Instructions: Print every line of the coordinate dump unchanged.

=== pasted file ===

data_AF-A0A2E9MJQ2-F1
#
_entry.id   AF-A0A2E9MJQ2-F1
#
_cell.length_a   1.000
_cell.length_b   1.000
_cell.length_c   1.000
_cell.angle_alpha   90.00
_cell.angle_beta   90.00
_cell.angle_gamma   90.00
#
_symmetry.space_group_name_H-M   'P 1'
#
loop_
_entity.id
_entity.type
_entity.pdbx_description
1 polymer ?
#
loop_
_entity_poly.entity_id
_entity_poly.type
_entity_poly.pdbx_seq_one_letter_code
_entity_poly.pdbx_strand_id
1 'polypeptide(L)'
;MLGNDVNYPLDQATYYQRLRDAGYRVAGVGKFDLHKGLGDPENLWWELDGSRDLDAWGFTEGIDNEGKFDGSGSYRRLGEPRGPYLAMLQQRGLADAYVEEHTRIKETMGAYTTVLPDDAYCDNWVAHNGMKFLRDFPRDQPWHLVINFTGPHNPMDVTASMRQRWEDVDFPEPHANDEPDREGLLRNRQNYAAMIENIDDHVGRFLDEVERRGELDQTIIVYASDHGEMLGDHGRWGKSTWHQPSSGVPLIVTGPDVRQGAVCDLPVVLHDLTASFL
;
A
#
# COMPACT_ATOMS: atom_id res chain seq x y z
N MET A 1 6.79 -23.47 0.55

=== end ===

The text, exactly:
data_AF-A0A2E9MJQ2-F1
#
_entry.id   AF-A0A2E9MJQ2-F1
#
_cell.length_a   1.000
_cell.length_b   1.000
_cell.length_c   1.000
_cell.angle_alpha   90.00
_cell.angle_beta   90.00
_cell.angle_gamma   90.00
#
_symmetry.space_group_name_H-M   'P 1'
#
loop_
_entity.id
_entity.type
_entity.pdbx_description
1 polymer ?
#
loop_
_entity_poly.entity_id
_entity_poly.type
_entity_poly.pdbx_seq_one_letter_code
_entity_poly.pdbx_strand_id
1 'polypeptide(L)'
;MLGNDVNYPLDQATYYQRLRDAGYRVAGVGKFDLHKGLGDPENLWWELDGSRDLDAWGFTEGIDNEGKFDGSGSYRRLGEPRGPYLAMLQQRGLADAYVEEHTRIKETMGAYTTVLPDDAYCDNWVAHNGMKFLRDFPRDQPWHLVINFTGPHNPMDVTASMRQRWEDVDFPEPHANDEPDREGLLRNRQNYAAMIENIDDHVGRFLDEVERRGELDQTIIVYASDHGEMLGDHGRWGKSTWHQPSSGVPLIVTGPDVRQGAVCDLPVVLHDLTASFL
;
A
#
# COMPACT_ATOMS: atom_id res chain seq x y z
N MET A 1 6.79 -23.47 0.55